Law360 (July 15, 2020, 10:52 PM EDT) -- Virginia on Wednesday became the first state to adopt an emergency workplace safety standard addressing the ongoing coronavirus pandemic, which Gov. Ralph Northam said is necessary to fill a gap created by federal inaction.
Virginia Gov. Ralph Northam said the state's new COVID-19 workplace safety standard comes "in the absence of federal guidelines." (AP Photo/Steve Helber)
If a worker tests positive for the virus, a business must inform all of its employees within 24 hours and must bar workers who are suspected to have had contact with the infected person from returning to work either for 10 days or until they test negative for the virus twice in a row. The rule will remain in place for six months, with the possibility that it is made permanent through an existing statutory process, the governor's office said.
Northam said in a statement that the new rule comes "in the absence of federal guidelines."
"Workers should not have to sacrifice their health and safety to earn a living, especially during an ongoing global pandemic," Northam said. "In the face of federal inaction, Virginia has stepped up to protect workers from COVID-19, creating the nation's first enforceable workplace safety requirements. Keeping Virginians safe at work is not only a critical part of stopping the spread of this virus, it's key to our economic recovery and it's the right thing to do."
The Virginia Department of Labor and Industry's Safety and Health Codes Board voted to approve the rule Wednesday after Northam issued an executive order in May directing it to create an enforceable infectious disease regulation.
The DOLI said on its website that the text of the new rule is still being finalized. The rule is expected to be made public and take effect sometime around the end of the month.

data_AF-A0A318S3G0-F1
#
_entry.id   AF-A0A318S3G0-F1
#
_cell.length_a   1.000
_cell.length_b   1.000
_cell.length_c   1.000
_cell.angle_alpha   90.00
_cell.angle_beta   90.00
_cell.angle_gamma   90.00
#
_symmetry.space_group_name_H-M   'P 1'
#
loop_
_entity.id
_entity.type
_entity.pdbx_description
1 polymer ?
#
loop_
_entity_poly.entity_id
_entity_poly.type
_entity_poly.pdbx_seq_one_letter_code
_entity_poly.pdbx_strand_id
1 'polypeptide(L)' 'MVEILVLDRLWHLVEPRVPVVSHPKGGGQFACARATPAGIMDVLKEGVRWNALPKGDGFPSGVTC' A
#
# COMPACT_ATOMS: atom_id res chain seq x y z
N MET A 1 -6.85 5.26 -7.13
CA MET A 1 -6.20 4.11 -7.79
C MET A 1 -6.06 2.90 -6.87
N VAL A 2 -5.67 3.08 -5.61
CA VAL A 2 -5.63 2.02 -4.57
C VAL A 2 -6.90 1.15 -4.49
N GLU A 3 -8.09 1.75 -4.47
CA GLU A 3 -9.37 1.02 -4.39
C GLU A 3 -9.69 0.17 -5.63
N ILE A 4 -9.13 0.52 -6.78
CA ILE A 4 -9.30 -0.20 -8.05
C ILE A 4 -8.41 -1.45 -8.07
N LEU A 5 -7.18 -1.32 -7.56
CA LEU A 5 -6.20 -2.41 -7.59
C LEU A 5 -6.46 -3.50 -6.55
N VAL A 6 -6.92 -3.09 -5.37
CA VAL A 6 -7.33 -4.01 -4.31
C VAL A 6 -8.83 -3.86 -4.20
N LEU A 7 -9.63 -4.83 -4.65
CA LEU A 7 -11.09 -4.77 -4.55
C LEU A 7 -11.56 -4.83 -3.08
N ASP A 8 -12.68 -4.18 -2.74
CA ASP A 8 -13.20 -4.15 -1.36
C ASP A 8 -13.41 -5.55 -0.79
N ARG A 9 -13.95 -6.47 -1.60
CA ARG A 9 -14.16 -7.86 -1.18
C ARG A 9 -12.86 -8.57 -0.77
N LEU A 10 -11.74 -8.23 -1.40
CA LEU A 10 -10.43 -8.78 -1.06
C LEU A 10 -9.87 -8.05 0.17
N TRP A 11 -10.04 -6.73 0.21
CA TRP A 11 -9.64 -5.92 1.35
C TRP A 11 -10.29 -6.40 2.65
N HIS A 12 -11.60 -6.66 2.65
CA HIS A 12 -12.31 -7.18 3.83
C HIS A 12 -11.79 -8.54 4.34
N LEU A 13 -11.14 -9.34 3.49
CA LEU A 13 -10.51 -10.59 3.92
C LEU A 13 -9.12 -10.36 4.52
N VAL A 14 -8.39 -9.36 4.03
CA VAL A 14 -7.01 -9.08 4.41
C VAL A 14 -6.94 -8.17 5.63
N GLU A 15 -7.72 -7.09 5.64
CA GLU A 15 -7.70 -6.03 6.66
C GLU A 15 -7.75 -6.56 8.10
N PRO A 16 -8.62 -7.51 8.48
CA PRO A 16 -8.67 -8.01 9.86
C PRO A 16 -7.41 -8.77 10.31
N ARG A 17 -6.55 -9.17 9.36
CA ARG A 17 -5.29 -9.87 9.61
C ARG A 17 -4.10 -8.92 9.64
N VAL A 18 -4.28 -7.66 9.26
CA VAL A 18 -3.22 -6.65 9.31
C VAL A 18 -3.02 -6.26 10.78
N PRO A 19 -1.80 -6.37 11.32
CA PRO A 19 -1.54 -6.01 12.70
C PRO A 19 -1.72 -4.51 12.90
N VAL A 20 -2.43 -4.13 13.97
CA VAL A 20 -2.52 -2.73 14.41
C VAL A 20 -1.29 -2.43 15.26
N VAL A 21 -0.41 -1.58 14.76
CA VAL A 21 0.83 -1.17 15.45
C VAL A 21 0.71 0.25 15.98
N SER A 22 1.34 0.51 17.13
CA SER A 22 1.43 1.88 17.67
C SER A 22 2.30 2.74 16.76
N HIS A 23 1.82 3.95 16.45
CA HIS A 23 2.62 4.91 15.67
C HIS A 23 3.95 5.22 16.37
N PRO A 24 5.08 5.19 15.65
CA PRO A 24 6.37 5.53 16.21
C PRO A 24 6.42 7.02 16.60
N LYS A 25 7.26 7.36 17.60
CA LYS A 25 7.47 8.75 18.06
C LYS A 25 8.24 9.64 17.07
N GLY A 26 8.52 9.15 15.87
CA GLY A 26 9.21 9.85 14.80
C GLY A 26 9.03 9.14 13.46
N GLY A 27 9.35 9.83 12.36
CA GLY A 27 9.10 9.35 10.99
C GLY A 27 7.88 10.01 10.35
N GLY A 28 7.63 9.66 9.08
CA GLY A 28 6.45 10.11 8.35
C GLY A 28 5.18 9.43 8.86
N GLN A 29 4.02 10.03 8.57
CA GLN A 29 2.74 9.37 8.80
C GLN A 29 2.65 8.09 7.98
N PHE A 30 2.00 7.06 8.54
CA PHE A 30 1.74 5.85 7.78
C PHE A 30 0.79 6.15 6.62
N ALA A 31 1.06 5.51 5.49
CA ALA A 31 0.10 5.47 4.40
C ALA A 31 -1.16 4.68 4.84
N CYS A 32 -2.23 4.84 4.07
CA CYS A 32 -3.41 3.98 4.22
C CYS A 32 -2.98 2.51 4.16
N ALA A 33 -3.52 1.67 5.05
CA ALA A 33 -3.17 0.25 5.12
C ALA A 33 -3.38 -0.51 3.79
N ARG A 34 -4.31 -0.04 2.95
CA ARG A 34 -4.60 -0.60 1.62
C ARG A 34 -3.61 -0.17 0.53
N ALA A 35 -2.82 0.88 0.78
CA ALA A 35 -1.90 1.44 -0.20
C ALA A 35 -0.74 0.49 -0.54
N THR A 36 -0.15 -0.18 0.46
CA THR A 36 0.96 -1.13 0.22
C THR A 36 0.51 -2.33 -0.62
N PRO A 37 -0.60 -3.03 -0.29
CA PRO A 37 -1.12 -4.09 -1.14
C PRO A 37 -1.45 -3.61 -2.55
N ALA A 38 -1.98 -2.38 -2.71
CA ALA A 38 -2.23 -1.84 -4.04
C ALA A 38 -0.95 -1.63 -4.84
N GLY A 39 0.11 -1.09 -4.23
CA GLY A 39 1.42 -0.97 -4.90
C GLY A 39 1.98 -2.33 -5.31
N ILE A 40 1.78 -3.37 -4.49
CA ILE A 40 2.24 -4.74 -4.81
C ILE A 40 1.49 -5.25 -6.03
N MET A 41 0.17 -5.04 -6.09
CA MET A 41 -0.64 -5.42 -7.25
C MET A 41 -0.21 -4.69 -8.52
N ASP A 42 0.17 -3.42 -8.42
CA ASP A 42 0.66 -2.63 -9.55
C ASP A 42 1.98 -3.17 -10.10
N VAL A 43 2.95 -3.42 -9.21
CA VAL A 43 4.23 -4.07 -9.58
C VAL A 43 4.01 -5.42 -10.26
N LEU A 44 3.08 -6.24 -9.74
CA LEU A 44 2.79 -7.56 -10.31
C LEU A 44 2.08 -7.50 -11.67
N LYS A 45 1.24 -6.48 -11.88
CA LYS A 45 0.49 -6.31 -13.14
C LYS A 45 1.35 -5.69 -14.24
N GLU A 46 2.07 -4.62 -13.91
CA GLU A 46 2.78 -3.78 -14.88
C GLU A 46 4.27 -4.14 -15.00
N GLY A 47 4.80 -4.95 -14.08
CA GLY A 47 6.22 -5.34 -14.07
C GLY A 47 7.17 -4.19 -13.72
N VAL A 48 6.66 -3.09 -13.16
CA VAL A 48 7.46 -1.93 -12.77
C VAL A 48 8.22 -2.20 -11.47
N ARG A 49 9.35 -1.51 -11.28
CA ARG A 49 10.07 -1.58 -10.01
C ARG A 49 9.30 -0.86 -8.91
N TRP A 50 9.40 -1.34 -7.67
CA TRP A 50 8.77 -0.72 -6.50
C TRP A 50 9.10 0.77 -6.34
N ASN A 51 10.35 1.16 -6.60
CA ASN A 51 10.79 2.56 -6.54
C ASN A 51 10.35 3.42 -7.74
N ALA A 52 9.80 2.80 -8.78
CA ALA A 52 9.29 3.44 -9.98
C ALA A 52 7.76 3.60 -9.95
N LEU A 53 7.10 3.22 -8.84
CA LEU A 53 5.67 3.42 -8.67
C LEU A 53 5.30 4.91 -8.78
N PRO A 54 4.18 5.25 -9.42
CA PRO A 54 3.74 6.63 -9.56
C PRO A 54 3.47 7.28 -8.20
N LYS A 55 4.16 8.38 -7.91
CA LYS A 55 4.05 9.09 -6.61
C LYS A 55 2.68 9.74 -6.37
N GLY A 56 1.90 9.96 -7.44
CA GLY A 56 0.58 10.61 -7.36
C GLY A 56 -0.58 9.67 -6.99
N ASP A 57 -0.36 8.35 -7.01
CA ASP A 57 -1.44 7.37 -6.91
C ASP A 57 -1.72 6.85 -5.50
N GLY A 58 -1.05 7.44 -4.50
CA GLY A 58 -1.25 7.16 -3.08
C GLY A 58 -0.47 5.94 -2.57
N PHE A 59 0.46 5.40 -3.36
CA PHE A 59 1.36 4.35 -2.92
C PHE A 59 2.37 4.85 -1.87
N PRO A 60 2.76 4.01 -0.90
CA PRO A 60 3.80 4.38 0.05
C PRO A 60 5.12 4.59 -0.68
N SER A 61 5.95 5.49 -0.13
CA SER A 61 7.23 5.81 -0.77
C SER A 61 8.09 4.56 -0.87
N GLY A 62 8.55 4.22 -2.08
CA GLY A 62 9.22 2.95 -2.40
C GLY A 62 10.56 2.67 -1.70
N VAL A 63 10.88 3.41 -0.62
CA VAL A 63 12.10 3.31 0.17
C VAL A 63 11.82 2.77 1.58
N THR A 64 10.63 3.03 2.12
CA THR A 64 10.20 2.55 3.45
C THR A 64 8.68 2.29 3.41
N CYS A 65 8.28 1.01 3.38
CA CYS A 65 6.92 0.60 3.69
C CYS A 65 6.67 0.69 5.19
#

AFL-CIO President Richard Trumka praised the move by Virginia lawmakers in a statement Wednesday.
"The virus continues to pose a grave danger to working people, and this strong, enforceable standard requires state employers to improve working conditions through clear, science-based measures, preventing further outbreaks in our communities," Trumka said. "Virginia had to step in where the Trump administration has failed woefully to protect workers who are risking our lives and our livelihoods during this pandemic. Workers and our unions will continue to advocate for a federal standard that protects all working people, private and public, no matter where we live."
The issue of whether a binding, temporary workplace safety standard should be issued on a federal level by the U.S. Department of Labor's Occupational Safety and Health Administration has been a fraught one over the past few months.
Although OSHA has issued nonbinding, industry-specific workplace safety guidance material, it has resisted calls from some lawmakers, workers' advocates and unions to issue an emergency standard that sets a baseline for how employers respond to the pandemic. Labor Secretary Eugene Scalia has said the agency has done plenty to safeguard workers' health without having to resort to rulemaking.
The AFL-CIO went so far as to try to get courts to force OSHA to issue an emergency standard. But a federal appeals court last month rejected the labor federation's petition, deferring to the agency's judgment that one was not necessary. The AFL-CIO has asked for en banc review of that decision, which is still pending.
--Additional reporting by Kevin Stawicki and Braden Campbell. Editing by Alanna Weissman.
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